3 tensions Leaders Need to Manage the Hybrid Workplace

Hybrid work is becoming more and more the “new normality” trans-passing the temporary moment. In this new situation, leaders have been wondering: “how can we build an inclusive hybrid culture?”

When it comes to designing an inclusive hybrid work culture, organizations, and teams within them, find their selves facing three main tensions:

  1. Working anytime vs working all the time

The first tension presented is giving individuals the opportunity to choose when they work without imposing, intentionally or not, the expectation that they can be always available. This can be done by clarifying to your team members that they have the chance to choose when they want to work, making sure that they are well aware that there should be times when they are offline.

This can benefit their engagement and protect their well-being at the same time since they would be in power of their own schedule.

  1. Isolation vs invasion

The chance to interact with others fosters the sense of belonging to a team or an organization. By introducing hybrid work solutions, employees would be attending the office less frequently and therefore feel more isolated than before. At the same time, leaders should be aware that scheduling many videocalls can contribute to an invasion of private time and of personal space.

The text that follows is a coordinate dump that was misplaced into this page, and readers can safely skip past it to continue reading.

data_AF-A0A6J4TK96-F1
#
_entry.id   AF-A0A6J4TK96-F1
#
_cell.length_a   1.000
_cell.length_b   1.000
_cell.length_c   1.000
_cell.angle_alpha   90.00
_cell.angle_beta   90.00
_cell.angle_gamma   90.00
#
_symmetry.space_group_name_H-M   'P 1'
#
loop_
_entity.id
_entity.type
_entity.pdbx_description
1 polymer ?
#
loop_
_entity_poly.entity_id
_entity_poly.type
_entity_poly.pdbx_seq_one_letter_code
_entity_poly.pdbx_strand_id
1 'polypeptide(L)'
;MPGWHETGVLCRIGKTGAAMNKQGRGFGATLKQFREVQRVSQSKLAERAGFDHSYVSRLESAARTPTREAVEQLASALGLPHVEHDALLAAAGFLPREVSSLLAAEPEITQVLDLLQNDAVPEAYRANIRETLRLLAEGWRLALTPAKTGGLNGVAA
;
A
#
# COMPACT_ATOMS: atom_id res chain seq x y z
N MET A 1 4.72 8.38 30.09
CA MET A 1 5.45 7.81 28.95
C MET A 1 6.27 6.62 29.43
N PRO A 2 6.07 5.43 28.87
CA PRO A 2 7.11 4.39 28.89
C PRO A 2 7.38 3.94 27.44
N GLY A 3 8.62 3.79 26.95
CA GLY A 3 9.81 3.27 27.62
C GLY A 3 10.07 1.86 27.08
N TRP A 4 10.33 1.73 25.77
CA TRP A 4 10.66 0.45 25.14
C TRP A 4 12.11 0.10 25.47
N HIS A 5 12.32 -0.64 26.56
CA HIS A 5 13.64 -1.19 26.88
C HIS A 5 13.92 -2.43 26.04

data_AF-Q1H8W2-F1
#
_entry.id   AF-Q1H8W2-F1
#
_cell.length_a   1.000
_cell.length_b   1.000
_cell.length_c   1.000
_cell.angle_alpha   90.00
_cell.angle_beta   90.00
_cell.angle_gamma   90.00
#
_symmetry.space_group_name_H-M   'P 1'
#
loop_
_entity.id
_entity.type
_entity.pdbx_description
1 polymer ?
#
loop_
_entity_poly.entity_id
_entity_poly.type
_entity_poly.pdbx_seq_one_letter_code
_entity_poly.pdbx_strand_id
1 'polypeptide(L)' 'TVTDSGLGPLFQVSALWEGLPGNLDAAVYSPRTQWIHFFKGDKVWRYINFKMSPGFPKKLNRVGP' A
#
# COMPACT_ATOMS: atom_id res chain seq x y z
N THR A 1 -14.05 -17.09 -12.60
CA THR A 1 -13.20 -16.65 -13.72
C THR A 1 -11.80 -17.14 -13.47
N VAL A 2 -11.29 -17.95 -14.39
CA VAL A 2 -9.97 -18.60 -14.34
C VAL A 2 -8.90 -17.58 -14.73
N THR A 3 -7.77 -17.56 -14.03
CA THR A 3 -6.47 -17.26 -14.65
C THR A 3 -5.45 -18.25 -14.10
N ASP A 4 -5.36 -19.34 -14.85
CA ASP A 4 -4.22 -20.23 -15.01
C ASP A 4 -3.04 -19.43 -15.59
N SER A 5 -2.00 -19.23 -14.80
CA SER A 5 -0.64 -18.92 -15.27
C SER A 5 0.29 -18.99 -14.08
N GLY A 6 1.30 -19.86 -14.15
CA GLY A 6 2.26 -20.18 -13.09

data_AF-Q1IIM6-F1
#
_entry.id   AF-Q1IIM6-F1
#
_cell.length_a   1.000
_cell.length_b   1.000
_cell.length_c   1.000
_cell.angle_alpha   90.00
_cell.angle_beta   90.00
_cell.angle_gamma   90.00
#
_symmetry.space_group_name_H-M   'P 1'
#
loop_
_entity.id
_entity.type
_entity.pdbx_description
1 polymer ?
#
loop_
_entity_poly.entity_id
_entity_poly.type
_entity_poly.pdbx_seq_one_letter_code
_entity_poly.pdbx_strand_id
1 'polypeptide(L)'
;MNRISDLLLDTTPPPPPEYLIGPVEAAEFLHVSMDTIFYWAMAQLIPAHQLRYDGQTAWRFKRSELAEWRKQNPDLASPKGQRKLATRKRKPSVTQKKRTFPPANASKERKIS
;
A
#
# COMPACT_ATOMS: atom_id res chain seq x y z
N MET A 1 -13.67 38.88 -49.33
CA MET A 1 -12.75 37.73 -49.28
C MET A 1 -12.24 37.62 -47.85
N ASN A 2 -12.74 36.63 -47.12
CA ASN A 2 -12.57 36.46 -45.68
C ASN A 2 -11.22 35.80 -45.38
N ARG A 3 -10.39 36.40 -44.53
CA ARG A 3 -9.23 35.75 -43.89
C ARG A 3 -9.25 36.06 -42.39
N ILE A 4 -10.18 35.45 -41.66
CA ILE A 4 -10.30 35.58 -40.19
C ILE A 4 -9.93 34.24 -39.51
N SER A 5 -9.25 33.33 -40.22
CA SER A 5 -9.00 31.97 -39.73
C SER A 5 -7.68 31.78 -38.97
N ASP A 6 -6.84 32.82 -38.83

These two aspects can be balanced by the creation of a specific moment that can be used by the employees to gather, connect, and establish or strengthening friendship ties.

  1. Possible vs preferred

The introduction of hybrid or online work allows more flexibility both time and space wise. At the same time, it has been reported that by choosing this new approach to work, employees have been stereotyped as less committed and not worthy of rewards. Therefore, it is critical that everyone in the organization is conscious about the own time and activities to do, in order to help setting new norms and habits.

The right balance varies from organization to organization depending on the priorities, the employees, and their interests. Leaders that recognize their company or team in the situations described in this article will be already a step ahead in building a more inclusive culture.

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